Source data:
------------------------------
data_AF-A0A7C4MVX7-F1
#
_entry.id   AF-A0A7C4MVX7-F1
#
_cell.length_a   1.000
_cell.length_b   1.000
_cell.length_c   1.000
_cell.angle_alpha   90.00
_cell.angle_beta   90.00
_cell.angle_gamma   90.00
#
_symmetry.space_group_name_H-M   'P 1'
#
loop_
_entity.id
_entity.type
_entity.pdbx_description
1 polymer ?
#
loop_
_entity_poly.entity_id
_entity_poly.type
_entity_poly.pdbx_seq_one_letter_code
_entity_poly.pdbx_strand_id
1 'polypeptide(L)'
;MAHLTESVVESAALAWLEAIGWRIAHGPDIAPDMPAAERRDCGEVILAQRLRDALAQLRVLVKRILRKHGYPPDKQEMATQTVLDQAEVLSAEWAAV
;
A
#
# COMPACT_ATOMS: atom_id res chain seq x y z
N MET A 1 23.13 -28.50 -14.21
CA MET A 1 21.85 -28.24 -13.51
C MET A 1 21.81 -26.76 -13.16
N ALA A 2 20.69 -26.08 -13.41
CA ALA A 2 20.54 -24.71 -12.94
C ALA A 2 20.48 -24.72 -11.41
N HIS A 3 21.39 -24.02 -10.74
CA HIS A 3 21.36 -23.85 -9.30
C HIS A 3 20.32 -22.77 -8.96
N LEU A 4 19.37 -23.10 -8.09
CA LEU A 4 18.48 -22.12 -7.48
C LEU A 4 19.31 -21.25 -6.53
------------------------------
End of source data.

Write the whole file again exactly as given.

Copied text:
data_AF-A0A7C4MVX7-F1
#
_entry.id   AF-A0A7C4MVX7-F1
#
_cell.length_a   1.000
_cell.length_b   1.000
_cell.length_c   1.000
_cell.angle_alpha   90.00
_cell.angle_beta   90.00
_cell.angle_gamma   90.00
#
_symmetry.space_group_name_H-M   'P 1'
#
loop_
_entity.id
_entity.type
_entity.pdbx_description
1 polymer ?
#
loop_
_entity_poly.entity_id
_entity_poly.type
_entity_poly.pdbx_seq_one_letter_code
_entity_poly.pdbx_strand_id
1 'polypeptide(L)'
;MAHLTESVVESAALAWLEAIGWRIAHGPDIAPDMPAAERRDCGEVILAQRLRDALAQLRVLVKRILRKHGYPPDKQEMATQTVLDQAEVLSAEWAAV
;
A
#
# COMPACT_ATOMS: atom_id res chain seq x y z
N MET A 1 23.13 -28.50 -14.21
CA MET A 1 21.85 -28.24 -13.51
C MET A 1 21.81 -26.76 -13.16
N ALA A 2 20.69 -26.08 -13.41
CA ALA A 2 20.54 -24.71 -12.94
C ALA A 2 20.48 -24.72 -11.41
N HIS A 3 21.39 -24.02 -10.74
CA HIS A 3 21.36 -23.85 -9.30
C HIS A 3 20.32 -22.77 -8.96
N LEU A 4 19.37 -23.10 -8.09
CA LEU A 4 18.48 -22.12 -7.48
C LEU A 4 19.31 -21.25 -6.53